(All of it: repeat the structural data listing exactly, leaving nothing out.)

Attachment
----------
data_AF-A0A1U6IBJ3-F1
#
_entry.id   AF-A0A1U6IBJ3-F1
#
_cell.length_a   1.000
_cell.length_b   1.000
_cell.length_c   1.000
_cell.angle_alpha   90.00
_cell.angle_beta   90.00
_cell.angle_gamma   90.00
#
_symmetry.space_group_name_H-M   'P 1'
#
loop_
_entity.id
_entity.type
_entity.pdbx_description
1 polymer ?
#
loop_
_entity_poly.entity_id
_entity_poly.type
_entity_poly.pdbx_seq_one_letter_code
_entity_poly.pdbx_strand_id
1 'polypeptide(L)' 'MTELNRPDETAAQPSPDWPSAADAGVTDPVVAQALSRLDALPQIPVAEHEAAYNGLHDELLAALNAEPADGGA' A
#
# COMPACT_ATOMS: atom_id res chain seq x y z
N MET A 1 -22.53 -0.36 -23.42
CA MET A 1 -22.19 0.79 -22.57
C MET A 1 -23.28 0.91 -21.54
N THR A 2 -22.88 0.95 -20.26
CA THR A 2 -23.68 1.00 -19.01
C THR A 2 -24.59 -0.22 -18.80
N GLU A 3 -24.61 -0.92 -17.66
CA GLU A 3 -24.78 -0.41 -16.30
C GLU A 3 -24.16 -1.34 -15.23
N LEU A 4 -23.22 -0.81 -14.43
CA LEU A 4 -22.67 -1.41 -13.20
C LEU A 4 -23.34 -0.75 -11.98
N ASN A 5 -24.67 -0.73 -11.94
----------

data_AF-A0A1U6IBJ3-F1
#
_entry.id   AF-A0A1U6IBJ3-F1
#
_cell.length_a   1.000
_cell.length_b   1.000
_cell.length_c   1.000
_cell.angle_alpha   90.00
_cell.angle_beta   90.00
_cell.angle_gamma   90.00
#
_symmetry.space_group_name_H-M   'P 1'
#
loop_
_entity.id
_entity.type
_entity.pdbx_description
1 polymer ?
#
loop_
_entity_poly.entity_id
_entity_poly.type
_entity_poly.pdbx_seq_one_letter_code
_entity_poly.pdbx_strand_id
1 'polypeptide(L)' 'MTELNRPDETAAQPSPDWPSAADAGVTDPVVAQALSRLDALPQIPVAEHEAAYNGLHDELLAALNAEPADGGA' A
#
# COMPACT_ATOMS: atom_id res chain seq x y z
N MET A 1 -22.53 -0.36 -23.42
CA MET A 1 -22.19 0.79 -22.57
C MET A 1 -23.28 0.91 -21.54
N THR A 2 -22.88 0.95 -20.26
CA THR A 2 -23.68 1.00 -19.01
C THR A 2 -24.59 -0.22 -18.80
N GLU A 3 -24.61 -0.92 -17.66
CA GLU A 3 -24.78 -0.41 -16.30
C GLU A 3 -24.16 -1.34 -15.23
N LEU A 4 -23.22 -0.81 -14.43
CA LEU A 4 -22.67 -1.41 -13.20
C LEU A 4 -23.34 -0.75 -11.98
N ASN A 5 -24.67 -0.73 -11.94